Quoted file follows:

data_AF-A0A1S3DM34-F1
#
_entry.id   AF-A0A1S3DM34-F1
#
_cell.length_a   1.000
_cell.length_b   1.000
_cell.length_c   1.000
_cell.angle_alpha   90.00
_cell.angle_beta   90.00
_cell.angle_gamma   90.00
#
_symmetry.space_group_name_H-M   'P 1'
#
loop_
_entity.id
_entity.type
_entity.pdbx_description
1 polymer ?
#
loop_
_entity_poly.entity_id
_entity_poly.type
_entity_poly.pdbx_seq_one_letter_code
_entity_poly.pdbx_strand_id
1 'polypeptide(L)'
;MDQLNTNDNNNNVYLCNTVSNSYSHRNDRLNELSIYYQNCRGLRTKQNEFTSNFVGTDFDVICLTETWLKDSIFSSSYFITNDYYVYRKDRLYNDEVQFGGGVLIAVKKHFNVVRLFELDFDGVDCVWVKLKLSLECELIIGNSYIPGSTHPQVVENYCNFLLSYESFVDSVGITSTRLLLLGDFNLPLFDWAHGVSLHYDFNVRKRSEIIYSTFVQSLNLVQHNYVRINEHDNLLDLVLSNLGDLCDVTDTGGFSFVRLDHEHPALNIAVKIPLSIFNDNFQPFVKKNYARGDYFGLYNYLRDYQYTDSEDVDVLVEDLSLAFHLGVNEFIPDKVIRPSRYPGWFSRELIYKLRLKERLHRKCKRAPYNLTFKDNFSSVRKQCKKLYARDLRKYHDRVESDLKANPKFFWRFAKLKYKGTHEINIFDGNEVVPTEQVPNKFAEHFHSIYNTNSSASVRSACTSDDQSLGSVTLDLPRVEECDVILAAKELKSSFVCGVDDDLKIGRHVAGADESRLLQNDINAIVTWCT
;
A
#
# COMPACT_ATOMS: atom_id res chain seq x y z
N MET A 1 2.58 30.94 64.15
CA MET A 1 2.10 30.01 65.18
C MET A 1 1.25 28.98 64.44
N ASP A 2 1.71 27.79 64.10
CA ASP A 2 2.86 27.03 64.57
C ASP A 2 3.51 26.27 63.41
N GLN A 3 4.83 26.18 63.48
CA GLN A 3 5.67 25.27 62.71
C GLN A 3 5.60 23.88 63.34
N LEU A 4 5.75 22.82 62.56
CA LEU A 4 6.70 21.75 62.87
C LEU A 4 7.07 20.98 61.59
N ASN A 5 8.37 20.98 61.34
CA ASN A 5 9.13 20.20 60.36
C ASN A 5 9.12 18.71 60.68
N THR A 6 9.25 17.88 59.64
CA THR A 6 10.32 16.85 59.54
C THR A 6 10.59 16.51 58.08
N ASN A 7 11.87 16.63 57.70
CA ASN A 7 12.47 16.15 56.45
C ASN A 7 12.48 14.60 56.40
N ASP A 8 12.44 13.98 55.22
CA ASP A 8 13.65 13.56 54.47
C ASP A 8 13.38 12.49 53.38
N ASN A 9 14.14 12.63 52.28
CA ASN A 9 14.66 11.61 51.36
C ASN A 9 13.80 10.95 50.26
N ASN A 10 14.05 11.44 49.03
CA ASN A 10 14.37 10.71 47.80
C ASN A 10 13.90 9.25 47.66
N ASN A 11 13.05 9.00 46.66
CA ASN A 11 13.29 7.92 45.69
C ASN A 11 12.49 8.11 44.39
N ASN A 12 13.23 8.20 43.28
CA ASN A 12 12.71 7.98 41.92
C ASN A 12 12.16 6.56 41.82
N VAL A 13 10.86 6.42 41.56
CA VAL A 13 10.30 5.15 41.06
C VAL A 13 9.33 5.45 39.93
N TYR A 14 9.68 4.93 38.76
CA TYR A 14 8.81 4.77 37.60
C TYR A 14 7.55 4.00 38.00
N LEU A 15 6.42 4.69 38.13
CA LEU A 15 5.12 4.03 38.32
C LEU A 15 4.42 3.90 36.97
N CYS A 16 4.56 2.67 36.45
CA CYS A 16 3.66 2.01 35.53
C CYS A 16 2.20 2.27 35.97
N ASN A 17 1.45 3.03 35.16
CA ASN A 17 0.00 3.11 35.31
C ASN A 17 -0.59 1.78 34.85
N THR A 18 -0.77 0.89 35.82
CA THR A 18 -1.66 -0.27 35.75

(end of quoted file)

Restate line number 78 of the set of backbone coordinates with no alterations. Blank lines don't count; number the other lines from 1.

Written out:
C CYS A 16 2.20 2.27 35.97